Self-interacting dark matter

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In astrophysics self-interacting dark matter is a hypothetical form of dark matter consisting of particles with strong self-interactions. This type of dark matter was postulated to resolve a number of conflicts between observations and simulations on the galactic scale and smaller.[1][2] Self-interacting dark matter has also been postulated as an explanation for the DAMA annual modulation signal.[3][4][5]


  1. ^ Spergel, David N.; Steinhardt, Paul J. (24 April 2000). "Observational evidence for self-interacting cold dark matter". Physical Review Letters 84 (17): 3760–3763. arXiv:astro-ph/9909386. doi:10.1103/PhysRevLett.84.3760. 
  2. ^ Wandelt, Benjamin D.; Davé, Romeel; Farrar, Glennys R.; McGuire, Patrick C.; Spergel, David N.; Steinhardt, Paul J. (2000). Self-Interacting Dark Matter (PDF). Dark Matter. Marina del Rey. arXiv:astro-ph/0006344.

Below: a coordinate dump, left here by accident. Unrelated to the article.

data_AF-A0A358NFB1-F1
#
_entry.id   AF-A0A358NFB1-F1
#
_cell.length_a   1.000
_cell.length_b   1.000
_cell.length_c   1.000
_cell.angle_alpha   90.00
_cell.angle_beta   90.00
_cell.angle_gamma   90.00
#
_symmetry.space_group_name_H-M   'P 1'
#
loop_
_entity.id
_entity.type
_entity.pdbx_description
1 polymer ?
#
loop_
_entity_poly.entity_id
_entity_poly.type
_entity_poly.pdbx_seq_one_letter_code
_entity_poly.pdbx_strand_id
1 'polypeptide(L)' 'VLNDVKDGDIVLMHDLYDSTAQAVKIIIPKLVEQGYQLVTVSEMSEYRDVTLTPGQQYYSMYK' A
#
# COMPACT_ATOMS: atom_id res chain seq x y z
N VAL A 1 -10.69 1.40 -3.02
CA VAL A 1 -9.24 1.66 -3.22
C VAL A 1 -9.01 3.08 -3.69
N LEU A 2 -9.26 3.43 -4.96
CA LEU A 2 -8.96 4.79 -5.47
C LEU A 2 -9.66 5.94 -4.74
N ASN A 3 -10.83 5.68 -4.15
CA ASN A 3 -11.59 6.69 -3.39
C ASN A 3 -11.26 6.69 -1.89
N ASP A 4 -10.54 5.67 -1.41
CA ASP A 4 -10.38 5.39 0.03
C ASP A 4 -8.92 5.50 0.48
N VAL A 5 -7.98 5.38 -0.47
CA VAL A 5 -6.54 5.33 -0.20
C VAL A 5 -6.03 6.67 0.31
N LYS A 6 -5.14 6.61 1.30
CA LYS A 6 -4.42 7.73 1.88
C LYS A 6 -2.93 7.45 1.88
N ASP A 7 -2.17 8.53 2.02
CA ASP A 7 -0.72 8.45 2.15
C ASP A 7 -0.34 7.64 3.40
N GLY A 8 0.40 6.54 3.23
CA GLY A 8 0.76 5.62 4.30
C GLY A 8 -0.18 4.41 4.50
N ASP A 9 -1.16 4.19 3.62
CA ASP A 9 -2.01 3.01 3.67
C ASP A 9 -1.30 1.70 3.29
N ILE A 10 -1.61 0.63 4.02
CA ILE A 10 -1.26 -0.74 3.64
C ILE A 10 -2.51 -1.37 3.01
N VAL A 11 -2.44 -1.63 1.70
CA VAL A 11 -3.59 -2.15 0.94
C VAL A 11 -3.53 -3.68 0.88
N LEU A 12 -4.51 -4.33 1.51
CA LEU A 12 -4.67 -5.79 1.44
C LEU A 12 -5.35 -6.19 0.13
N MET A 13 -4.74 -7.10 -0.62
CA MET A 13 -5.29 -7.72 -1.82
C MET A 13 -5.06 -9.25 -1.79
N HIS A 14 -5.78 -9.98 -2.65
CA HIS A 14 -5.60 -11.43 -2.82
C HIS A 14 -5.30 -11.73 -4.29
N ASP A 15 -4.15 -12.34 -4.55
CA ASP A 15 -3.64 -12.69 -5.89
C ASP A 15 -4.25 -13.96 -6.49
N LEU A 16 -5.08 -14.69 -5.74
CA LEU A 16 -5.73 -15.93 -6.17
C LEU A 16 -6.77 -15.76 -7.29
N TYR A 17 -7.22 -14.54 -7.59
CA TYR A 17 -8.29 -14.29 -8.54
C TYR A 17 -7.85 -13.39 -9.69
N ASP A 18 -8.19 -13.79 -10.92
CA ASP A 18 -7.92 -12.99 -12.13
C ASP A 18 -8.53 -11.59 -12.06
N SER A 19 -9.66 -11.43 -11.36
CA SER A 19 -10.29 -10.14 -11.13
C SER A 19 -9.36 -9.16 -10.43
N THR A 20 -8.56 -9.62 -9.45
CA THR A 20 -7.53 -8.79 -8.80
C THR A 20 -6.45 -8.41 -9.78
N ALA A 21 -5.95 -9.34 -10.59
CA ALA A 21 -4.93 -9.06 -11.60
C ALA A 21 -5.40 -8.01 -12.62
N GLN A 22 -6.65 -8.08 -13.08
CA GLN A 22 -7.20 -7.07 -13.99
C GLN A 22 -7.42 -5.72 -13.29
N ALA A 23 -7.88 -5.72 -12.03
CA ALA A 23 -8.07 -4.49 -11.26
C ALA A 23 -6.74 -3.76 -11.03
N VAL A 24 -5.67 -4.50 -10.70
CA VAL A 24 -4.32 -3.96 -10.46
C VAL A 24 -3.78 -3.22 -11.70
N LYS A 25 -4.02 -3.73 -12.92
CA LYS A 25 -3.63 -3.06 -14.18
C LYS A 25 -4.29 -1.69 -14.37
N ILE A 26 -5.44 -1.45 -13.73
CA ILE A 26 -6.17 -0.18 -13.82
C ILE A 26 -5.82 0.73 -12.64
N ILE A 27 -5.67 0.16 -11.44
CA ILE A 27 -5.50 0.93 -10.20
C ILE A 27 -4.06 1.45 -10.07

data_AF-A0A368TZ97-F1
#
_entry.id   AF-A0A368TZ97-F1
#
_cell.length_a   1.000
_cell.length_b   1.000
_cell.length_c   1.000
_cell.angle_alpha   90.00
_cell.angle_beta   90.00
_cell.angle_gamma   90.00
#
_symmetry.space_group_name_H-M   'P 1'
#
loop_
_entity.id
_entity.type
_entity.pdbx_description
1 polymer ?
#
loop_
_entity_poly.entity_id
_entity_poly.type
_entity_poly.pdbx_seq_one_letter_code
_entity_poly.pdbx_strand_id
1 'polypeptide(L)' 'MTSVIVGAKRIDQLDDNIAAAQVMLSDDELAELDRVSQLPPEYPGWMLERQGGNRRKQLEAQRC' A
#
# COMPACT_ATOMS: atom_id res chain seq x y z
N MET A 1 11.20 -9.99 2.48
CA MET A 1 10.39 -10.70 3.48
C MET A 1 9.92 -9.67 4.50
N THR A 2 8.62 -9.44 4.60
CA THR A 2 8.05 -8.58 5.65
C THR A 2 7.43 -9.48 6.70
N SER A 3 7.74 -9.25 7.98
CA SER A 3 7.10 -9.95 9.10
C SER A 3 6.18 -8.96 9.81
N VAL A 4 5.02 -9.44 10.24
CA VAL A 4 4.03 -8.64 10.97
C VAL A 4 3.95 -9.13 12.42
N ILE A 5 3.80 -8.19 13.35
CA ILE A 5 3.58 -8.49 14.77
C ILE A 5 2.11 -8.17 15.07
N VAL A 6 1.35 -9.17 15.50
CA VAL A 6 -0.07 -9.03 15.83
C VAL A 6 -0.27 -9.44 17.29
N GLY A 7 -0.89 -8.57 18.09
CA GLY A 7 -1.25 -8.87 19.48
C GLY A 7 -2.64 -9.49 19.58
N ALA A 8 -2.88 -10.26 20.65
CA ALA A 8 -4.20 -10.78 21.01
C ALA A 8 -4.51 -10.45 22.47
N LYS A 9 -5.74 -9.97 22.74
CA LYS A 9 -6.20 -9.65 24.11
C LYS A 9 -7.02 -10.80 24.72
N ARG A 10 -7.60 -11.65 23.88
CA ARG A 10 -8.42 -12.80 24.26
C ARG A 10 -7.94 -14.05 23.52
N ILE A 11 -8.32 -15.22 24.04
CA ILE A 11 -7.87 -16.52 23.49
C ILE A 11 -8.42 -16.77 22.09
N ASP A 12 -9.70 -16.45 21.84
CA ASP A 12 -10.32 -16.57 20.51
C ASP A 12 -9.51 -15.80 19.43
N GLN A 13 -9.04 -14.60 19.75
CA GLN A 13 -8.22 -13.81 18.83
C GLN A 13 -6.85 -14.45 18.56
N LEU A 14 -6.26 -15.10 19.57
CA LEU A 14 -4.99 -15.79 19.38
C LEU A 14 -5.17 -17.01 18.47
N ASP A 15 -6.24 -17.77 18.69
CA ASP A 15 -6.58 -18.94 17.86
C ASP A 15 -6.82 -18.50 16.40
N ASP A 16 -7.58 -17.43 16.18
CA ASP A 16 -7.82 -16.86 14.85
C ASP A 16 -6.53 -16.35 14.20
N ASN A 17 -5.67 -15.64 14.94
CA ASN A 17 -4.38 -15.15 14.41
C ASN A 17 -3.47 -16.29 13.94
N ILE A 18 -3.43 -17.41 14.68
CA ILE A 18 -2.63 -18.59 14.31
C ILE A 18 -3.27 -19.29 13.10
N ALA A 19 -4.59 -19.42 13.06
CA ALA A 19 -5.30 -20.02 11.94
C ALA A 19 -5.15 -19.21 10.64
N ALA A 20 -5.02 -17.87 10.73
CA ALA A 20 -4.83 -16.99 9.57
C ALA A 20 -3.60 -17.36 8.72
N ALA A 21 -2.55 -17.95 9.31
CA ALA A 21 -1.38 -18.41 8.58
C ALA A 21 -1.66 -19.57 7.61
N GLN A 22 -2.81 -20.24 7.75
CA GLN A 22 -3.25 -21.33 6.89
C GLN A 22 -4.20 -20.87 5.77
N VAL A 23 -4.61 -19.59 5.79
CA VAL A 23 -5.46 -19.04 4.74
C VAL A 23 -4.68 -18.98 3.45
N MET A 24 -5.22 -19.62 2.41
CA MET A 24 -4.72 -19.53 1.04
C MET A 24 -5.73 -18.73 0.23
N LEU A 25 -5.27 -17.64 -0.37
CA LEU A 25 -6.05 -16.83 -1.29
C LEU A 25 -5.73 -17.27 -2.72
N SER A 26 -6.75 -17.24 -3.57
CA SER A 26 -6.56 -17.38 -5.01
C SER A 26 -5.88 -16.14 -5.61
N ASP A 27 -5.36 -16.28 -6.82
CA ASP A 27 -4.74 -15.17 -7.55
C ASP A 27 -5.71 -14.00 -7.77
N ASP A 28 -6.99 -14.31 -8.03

3. ^ Mitra, Saibal (15 June 2005). "Has DAMA detected self-interacting dark matter?". Physical Review D 71 (12): 121302. arXiv:astro-ph/0409121. doi:10.1103/PhysRevD.71.121302. 
  4. ^ Moskowitz, Clara (20 April 2015). "Dark Matter May Feel a “Dark Force” That the Rest of the Universe Does Not". Scientific American. 
  5. ^ "The behaviour of dark matter associated with four bright cluster galaxies in the 10 kpc core of Abell 3827". Monthly Notices of the Royal Astronomical Society 449 (4P): 3393–3406. June 2015. doi:10.1093/mnras/stv467. 

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